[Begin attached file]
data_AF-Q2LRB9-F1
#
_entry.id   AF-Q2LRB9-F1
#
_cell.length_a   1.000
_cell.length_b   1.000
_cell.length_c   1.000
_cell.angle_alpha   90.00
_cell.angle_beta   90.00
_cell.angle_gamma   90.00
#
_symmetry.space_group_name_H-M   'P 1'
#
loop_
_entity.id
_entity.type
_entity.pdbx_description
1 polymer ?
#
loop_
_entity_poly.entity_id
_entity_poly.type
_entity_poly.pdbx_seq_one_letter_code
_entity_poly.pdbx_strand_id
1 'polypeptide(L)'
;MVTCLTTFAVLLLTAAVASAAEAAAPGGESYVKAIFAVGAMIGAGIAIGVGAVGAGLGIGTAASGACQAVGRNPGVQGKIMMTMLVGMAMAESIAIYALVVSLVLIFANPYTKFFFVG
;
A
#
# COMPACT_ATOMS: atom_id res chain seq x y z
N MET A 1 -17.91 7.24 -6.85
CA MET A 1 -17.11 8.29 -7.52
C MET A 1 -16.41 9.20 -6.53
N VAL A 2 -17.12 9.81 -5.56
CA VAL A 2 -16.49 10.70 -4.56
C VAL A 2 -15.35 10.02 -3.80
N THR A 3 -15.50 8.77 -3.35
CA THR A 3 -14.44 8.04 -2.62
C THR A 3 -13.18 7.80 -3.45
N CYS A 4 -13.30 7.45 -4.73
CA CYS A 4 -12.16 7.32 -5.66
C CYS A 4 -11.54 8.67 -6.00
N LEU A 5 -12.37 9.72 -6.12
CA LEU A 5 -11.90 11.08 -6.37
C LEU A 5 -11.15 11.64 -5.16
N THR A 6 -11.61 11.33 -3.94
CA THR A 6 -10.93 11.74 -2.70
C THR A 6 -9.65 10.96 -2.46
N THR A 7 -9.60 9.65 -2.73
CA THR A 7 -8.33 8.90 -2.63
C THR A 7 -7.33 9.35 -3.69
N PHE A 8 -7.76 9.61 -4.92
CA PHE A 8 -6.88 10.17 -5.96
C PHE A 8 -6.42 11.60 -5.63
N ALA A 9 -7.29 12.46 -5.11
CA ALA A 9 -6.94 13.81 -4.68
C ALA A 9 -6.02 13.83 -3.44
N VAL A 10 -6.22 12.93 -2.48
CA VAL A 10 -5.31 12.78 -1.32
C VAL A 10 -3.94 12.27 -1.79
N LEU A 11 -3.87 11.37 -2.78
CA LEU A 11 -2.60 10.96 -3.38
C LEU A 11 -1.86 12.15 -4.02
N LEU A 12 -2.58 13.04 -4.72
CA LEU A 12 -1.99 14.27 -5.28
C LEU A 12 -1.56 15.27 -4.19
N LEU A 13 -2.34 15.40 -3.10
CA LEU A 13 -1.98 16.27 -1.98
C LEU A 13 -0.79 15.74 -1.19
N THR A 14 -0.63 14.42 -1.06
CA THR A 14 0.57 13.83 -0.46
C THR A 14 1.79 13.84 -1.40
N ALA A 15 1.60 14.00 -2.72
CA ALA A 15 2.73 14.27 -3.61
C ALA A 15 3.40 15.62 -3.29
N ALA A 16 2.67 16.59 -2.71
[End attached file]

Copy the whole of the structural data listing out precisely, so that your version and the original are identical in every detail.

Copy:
data_AF-Q2LRB9-F1
#
_entry.id   AF-Q2LRB9-F1
#
_cell.length_a   1.000
_cell.length_b   1.000
_cell.length_c   1.000
_cell.angle_alpha   90.00
_cell.angle_beta   90.00
_cell.angle_gamma   90.00
#
_symmetry.space_group_name_H-M   'P 1'
#
loop_
_entity.id
_entity.type
_entity.pdbx_description
1 polymer ?
#
loop_
_entity_poly.entity_id
_entity_poly.type
_entity_poly.pdbx_seq_one_letter_code
_entity_poly.pdbx_strand_id
1 'polypeptide(L)'
;MVTCLTTFAVLLLTAAVASAAEAAAPGGESYVKAIFAVGAMIGAGIAIGVGAVGAGLGIGTAASGACQAVGRNPGVQGKIMMTMLVGMAMAESIAIYALVVSLVLIFANPYTKFFFVG
;
A
#
# COMPACT_ATOMS: atom_id res chain seq x y z
N MET A 1 -17.91 7.24 -6.85
CA MET A 1 -17.11 8.29 -7.52
C MET A 1 -16.41 9.20 -6.53
N VAL A 2 -17.12 9.81 -5.56
CA VAL A 2 -16.49 10.70 -4.56
C VAL A 2 -15.35 10.02 -3.80
N THR A 3 -15.50 8.77 -3.35
CA THR A 3 -14.44 8.04 -2.62
C THR A 3 -13.18 7.80 -3.45
N CYS A 4 -13.30 7.45 -4.73
CA CYS A 4 -12.16 7.32 -5.66
C CYS A 4 -11.54 8.67 -6.00
N LEU A 5 -12.37 9.72 -6.12
CA LEU A 5 -11.90 11.08 -6.37
C LEU A 5 -11.15 11.64 -5.16
N THR A 6 -11.61 11.33 -3.94
CA THR A 6 -10.93 11.74 -2.70
C THR A 6 -9.65 10.96 -2.46
N THR A 7 -9.60 9.65 -2.73
CA THR A 7 -8.33 8.90 -2.63
C THR A 7 -7.33 9.35 -3.69
N PHE A 8 -7.76 9.61 -4.92
CA PHE A 8 -6.88 10.17 -5.96
C PHE A 8 -6.42 11.60 -5.63
N ALA A 9 -7.29 12.46 -5.11
CA ALA A 9 -6.94 13.81 -4.68
C ALA A 9 -6.02 13.83 -3.44
N VAL A 10 -6.22 12.93 -2.48
CA VAL A 10 -5.31 12.78 -1.32
C VAL A 10 -3.94 12.27 -1.79
N LEU A 11 -3.87 11.37 -2.78
CA LEU A 11 -2.60 10.96 -3.38
C LEU A 11 -1.86 12.15 -4.02
N LEU A 12 -2.58 13.04 -4.72
CA LEU A 12 -1.99 14.27 -5.28
C LEU A 12 -1.56 15.27 -4.19
N LEU A 13 -2.34 15.40 -3.10
CA LEU A 13 -1.98 16.27 -1.98
C LEU A 13 -0.79 15.74 -1.19
N THR A 14 -0.63 14.42 -1.06
CA THR A 14 0.57 13.83 -0.46
C THR A 14 1.79 13.84 -1.40
N ALA A 15 1.60 14.00 -2.72
CA ALA A 15 2.73 14.27 -3.61
C ALA A 15 3.40 15.62 -3.29
N ALA A 16 2.67 16.59 -2.71